Officials will soon start installing boulders to block illegal off-roaders at Wawamalu Beach, part of the effort to protect the area’s critical marine habitat and the endangered monk seals that sometimes haul up there.

East Honolulu community groups have been pushing for such barriers for about a decade, but jurisdictional issues between the state and city previously stymied progress, according to Hawaii Kai Neighborhood Board member Kim Hollandsworth.

On Thursday, city and state officials will join with Oahu’s Surfrider Foundation and Sierra Club chapters to announce a plan to place the boulders and other barriers on either side of Wawamalu. The goal is to block off-road vehicles from the sand while maintaining access for swimmers, surfers, fishers and other beachgoers. Parking will still be available next to the beach.

A sign on Wawamalu Beach warns beachgoers to avoid resting monk seals there.

Rachel Zalucki/Civil Beat

At least some of those boulders are already on site. They could be moved into place as early as Thursday, officials with the city’s Parks and Recreation Department said.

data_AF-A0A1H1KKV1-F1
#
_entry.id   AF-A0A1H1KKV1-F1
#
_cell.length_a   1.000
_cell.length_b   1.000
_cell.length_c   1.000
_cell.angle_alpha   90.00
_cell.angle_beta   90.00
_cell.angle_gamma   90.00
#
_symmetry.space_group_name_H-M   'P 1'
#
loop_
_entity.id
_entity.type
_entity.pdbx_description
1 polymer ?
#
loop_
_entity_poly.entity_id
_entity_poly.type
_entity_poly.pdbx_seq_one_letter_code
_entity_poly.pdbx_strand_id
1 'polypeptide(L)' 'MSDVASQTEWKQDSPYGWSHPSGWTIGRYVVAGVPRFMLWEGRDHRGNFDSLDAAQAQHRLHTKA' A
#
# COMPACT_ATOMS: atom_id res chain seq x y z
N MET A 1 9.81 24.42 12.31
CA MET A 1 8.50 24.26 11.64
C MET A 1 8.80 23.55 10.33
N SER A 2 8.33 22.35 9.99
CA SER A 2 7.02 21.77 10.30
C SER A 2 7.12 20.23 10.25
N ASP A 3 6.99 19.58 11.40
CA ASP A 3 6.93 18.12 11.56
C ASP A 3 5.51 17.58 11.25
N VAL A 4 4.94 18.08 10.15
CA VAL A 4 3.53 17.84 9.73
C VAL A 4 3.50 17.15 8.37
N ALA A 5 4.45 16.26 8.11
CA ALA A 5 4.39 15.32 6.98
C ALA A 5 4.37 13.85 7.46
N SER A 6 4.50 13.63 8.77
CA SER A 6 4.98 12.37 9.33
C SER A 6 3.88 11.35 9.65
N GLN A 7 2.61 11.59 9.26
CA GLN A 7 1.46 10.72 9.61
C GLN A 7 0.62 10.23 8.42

The beach is part of the Kaiwi coastline in east Oahu. Footage provided by the Surfrider Foundation shows how the illegal off-roading at Wawamalu disrupts monk seals resting on the sand nearby.

The seals, which are protected under the Endangered Species Act, need about 50 feet of space to get sufficient rest during pup season, officials say. Nonetheless, off-road vehicles sometimes come in close contact with the animals at Wawamalu.

 

Wawamalu contains critical habitat for other native marine wildlife. It once served as a Native Hawaiian fishing and farming village, according to the Parks and Recreation Department. Efforts to restore the vegetation and sand dunes will continue in restricted areas there, while the beach remains open to the public, a department release says.

“The community plans to malama (care for) this area and the stones will provide an unambiguous signal that the beach and coastal dunes are treasured for the enjoyment of all people and wildlife,” Mike Foley, a volunteer beach protection coordinator for the Surfrider Foundation, said in a statement. “We do not want to risk losing public access, which may happen if an endangered animal were harmed by a vehicle on the beach.”

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